Woolworths store at the V&A Waterfront in Cape Town. Picture: SUPPLIED
Woolworths store at the V&A Waterfront in Cape Town. Picture: SUPPLIED

Woolworths’ share price fell as much as 4.6% to R70 on the JSE on Thursday after the company reported a decline in interim earnings following heavy promotional activity in SA and Australia. The share price ended the day 3.94% lower at R70.50.

This is the first time since December 2007 that the top-end retailer has failed to grow its earnings, though market commentators are optimistic about its long-term prospects.

Kagiso Asset Management’s Simon Anderssen said competition had led to sector-wide discounting over the past six months, slowing sales growth at Woolworths. "It resulted in operating profit declining for the first time in many years and was the main cause of the decline in earnings for the period.

"Future profitability should recover as [it] adjusts to different levels of sales activity and optimises its costs base," he said.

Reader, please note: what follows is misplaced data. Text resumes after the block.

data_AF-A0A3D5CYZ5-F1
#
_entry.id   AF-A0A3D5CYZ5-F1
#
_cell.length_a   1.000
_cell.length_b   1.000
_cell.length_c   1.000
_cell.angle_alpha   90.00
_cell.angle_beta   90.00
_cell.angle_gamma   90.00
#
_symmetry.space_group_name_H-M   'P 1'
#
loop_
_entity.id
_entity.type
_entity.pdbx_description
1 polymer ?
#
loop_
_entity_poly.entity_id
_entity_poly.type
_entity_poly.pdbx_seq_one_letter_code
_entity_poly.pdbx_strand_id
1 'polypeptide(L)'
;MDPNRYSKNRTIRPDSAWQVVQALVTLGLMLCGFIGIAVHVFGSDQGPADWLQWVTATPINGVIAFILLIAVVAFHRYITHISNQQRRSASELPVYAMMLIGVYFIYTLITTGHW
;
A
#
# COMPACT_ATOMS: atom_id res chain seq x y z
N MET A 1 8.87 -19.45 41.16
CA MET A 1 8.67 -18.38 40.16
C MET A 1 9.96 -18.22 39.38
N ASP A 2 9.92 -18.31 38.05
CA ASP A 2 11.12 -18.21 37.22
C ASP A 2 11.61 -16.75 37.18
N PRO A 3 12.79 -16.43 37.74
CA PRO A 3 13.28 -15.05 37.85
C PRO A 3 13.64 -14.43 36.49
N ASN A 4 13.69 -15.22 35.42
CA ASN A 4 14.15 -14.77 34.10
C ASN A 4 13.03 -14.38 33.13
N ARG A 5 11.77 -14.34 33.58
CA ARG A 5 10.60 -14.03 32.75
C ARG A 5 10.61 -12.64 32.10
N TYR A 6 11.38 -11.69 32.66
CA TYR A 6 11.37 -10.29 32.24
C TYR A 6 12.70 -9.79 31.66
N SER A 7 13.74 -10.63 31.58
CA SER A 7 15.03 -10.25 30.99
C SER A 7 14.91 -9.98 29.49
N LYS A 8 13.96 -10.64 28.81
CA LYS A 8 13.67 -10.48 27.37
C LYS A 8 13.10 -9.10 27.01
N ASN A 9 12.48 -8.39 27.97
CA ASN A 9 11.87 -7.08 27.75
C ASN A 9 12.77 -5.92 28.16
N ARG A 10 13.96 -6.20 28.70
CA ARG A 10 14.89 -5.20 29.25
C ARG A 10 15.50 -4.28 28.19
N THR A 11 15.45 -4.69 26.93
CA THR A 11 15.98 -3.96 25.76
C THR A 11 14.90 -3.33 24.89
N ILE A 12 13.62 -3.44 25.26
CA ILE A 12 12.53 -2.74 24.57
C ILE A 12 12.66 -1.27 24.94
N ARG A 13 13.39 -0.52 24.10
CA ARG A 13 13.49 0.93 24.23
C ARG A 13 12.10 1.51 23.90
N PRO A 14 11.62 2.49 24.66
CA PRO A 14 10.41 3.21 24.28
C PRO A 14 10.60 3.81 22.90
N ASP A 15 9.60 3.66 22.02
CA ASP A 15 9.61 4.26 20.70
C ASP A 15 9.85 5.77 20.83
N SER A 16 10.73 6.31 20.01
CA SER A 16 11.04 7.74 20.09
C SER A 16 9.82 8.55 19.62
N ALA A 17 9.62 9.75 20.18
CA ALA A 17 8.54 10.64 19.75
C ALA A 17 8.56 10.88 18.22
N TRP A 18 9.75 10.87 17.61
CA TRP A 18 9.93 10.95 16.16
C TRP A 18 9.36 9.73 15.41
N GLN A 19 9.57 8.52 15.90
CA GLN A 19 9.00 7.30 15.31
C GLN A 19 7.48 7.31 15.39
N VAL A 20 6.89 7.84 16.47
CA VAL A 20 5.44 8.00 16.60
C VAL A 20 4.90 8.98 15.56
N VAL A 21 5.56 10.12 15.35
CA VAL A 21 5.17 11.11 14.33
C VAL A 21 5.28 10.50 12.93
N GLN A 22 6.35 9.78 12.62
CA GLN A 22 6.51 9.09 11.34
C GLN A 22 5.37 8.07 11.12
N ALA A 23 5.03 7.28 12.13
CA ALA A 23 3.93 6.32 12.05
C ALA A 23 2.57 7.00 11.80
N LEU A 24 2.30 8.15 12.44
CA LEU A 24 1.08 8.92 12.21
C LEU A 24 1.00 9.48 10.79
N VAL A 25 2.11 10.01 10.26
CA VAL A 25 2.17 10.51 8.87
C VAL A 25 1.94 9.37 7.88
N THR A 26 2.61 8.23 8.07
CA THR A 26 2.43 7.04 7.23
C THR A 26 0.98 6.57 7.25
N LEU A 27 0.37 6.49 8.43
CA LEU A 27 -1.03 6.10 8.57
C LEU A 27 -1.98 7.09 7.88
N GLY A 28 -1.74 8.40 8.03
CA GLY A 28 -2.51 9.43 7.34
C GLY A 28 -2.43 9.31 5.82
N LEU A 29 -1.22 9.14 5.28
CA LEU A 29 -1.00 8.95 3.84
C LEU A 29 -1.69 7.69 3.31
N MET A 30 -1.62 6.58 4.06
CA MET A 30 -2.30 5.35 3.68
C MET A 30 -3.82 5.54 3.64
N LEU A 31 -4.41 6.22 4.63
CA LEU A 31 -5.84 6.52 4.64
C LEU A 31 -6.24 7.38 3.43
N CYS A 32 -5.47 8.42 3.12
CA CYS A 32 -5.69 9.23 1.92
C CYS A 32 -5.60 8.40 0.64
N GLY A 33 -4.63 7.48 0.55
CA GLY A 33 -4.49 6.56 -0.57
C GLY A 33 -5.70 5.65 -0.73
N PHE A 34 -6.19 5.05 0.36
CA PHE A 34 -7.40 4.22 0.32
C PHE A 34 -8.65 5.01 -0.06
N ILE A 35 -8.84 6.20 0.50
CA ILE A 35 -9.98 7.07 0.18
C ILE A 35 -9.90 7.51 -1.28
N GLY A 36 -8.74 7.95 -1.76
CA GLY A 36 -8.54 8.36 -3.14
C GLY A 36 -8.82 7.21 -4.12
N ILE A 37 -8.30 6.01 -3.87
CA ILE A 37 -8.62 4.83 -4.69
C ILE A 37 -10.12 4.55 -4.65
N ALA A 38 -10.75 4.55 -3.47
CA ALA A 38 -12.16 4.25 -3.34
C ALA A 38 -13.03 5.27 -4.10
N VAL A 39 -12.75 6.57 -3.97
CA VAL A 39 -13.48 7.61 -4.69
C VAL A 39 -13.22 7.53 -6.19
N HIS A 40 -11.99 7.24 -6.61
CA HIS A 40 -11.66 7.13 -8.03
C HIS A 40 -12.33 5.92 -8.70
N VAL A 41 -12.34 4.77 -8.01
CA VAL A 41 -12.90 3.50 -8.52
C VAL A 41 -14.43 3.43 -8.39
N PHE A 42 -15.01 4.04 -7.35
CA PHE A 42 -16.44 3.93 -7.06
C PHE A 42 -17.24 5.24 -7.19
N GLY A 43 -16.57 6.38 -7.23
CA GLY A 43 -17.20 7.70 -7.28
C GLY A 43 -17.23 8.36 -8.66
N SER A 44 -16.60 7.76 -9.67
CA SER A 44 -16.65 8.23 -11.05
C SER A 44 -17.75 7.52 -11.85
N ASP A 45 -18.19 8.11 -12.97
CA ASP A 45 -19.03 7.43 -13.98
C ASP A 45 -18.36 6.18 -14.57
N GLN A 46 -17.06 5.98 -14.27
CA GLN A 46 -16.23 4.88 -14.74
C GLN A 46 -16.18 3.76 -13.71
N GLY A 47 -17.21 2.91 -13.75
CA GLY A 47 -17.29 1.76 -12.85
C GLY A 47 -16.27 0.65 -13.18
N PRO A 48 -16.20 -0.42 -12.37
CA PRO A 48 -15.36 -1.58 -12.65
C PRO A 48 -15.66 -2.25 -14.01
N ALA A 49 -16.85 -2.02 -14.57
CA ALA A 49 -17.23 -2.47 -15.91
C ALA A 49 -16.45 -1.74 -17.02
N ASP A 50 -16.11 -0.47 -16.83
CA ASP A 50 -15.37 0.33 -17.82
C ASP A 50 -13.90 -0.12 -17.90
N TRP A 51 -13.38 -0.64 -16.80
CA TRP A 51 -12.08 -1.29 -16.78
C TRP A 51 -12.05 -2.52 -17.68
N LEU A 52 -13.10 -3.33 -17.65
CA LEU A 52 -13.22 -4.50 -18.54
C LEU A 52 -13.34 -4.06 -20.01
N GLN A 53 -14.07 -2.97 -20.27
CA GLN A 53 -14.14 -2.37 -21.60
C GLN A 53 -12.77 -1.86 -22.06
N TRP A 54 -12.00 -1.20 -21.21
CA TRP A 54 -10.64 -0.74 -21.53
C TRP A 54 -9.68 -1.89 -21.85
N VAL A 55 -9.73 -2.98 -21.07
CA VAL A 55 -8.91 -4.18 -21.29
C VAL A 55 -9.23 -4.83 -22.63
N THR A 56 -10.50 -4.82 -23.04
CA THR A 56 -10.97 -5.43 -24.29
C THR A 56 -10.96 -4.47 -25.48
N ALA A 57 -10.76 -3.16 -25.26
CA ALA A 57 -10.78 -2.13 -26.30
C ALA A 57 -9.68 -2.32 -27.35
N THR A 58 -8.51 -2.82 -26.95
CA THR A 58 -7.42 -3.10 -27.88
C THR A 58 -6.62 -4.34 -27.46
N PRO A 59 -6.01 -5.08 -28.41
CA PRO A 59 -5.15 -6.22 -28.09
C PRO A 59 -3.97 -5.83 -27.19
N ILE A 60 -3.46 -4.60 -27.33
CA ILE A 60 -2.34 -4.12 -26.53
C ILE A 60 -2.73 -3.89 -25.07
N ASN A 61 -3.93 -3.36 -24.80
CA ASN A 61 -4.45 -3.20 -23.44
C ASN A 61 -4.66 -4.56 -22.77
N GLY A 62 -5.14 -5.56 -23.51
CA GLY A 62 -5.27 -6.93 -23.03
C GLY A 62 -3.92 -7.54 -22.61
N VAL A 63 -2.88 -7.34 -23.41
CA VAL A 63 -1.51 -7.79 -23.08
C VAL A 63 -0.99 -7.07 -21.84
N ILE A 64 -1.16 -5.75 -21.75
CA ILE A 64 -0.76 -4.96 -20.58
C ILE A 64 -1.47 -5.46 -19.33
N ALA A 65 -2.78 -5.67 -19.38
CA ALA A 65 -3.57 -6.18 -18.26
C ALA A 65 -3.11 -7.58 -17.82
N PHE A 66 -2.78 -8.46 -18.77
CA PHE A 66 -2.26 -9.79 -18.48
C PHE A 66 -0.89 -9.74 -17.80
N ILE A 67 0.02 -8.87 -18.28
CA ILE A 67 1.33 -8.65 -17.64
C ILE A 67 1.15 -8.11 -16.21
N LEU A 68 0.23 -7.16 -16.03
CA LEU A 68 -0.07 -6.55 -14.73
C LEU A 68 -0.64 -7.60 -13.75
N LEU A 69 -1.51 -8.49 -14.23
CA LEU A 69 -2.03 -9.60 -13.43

Woolworths derives 58% of its operating profit from Africa and 42% from Australia.

Clothing and merchandise make up 73% of profit, food 24% and financial services 3%. In the 26 weeks to December 25, the retailer reported a 4.1% decline in diluted headline earnings per share to 241.3c. Overall revenue grew 7.1% to R35bn.

Vestact analyst Bright Khumalo said the results came in surprisingly stronger. "We’ve been seeing how fashion retailers have been struggling with the exception of Foschini.

"It’s comforting to see some positives. Woolies spoke of promotional activity, which forced everyone to cut prices in the fast-fashion space.

"Food retailers are struggling for top-line growth in double digits. What will happen in the low food inflation environment? Woolies is going to have to work hard to convince consumers to take their wallet spend there," Khumalo said.

Anchor Capital investment analyst Liam Hechter said the results were largely as expected.

"However, a key positive on first glance was the discipline shown in cost containment.

"Excluding additional costs brought about by new store openings, the existing stores
in SA only increased costs 4.7% in the case of food, and 2.9%
in the case of clothing and general merchandise. Well below inflation," he said.

Woolworths maintained its interim dividend at R1.33.

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